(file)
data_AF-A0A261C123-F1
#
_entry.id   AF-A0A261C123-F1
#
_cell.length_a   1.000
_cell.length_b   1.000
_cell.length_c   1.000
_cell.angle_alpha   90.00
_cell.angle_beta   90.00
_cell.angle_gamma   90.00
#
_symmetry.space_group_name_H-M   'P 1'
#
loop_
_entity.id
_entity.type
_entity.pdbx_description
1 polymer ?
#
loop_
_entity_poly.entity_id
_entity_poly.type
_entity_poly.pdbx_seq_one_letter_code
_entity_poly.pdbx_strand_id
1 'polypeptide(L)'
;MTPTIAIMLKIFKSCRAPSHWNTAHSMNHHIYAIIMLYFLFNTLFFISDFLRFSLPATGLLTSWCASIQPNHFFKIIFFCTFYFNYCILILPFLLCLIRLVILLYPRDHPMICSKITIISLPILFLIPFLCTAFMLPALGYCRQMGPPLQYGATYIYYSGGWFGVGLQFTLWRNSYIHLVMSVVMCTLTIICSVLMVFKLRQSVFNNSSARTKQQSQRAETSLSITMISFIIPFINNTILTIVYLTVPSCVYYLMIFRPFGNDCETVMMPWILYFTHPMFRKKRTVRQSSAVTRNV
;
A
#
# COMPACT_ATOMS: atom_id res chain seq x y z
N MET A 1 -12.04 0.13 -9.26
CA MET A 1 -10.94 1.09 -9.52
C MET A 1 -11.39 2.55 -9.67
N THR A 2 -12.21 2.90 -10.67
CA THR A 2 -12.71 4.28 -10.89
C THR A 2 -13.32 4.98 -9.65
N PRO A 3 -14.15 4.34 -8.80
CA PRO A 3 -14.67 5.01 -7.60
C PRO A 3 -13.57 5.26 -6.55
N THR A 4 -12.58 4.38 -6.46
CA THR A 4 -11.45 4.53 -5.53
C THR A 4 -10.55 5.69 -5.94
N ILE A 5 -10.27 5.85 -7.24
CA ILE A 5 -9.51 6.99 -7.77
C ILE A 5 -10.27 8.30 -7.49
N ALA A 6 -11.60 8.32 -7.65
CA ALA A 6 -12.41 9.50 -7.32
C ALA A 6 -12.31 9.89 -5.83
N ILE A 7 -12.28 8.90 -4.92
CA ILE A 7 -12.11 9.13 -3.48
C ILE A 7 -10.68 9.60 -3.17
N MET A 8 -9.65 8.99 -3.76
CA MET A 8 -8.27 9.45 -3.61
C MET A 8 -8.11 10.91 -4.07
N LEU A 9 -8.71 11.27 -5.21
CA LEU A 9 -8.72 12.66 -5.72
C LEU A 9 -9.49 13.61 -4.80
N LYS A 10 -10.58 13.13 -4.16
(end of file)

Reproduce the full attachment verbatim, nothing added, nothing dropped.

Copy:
data_AF-A0A261C123-F1
#
_entry.id   AF-A0A261C123-F1
#
_cell.length_a   1.000
_cell.length_b   1.000
_cell.length_c   1.000
_cell.angle_alpha   90.00
_cell.angle_beta   90.00
_cell.angle_gamma   90.00
#
_symmetry.space_group_name_H-M   'P 1'
#
loop_
_entity.id
_entity.type
_entity.pdbx_description
1 polymer ?
#
loop_
_entity_poly.entity_id
_entity_poly.type
_entity_poly.pdbx_seq_one_letter_code
_entity_poly.pdbx_strand_id
1 'polypeptide(L)'
;MTPTIAIMLKIFKSCRAPSHWNTAHSMNHHIYAIIMLYFLFNTLFFISDFLRFSLPATGLLTSWCASIQPNHFFKIIFFCTFYFNYCILILPFLLCLIRLVILLYPRDHPMICSKITIISLPILFLIPFLCTAFMLPALGYCRQMGPPLQYGATYIYYSGGWFGVGLQFTLWRNSYIHLVMSVVMCTLTIICSVLMVFKLRQSVFNNSSARTKQQSQRAETSLSITMISFIIPFINNTILTIVYLTVPSCVYYLMIFRPFGNDCETVMMPWILYFTHPMFRKKRTVRQSSAVTRNV
;
A
#
# COMPACT_ATOMS: atom_id res chain seq x y z
N MET A 1 -12.04 0.13 -9.26
CA MET A 1 -10.94 1.09 -9.52
C MET A 1 -11.39 2.55 -9.67
N THR A 2 -12.21 2.90 -10.67
CA THR A 2 -12.71 4.28 -10.89
C THR A 2 -13.32 4.98 -9.65
N PRO A 3 -14.15 4.34 -8.80
CA PRO A 3 -14.67 5.01 -7.60
C PRO A 3 -13.57 5.26 -6.55
N THR A 4 -12.58 4.38 -6.46
CA THR A 4 -11.45 4.53 -5.53
C THR A 4 -10.55 5.69 -5.94
N ILE A 5 -10.27 5.85 -7.24
CA ILE A 5 -9.51 6.99 -7.77
C ILE A 5 -10.27 8.30 -7.49
N ALA A 6 -11.60 8.32 -7.65
CA ALA A 6 -12.41 9.50 -7.32
C ALA A 6 -12.31 9.89 -5.83
N ILE A 7 -12.28 8.90 -4.92
CA ILE A 7 -12.11 9.13 -3.48
C ILE A 7 -10.68 9.60 -3.17
N MET A 8 -9.65 8.99 -3.76
CA MET A 8 -8.27 9.45 -3.61
C MET A 8 -8.11 10.91 -4.07
N LEU A 9 -8.71 11.27 -5.21
CA LEU A 9 -8.72 12.66 -5.72
C LEU A 9 -9.49 13.61 -4.80
N LYS A 10 -10.58 13.13 -4.16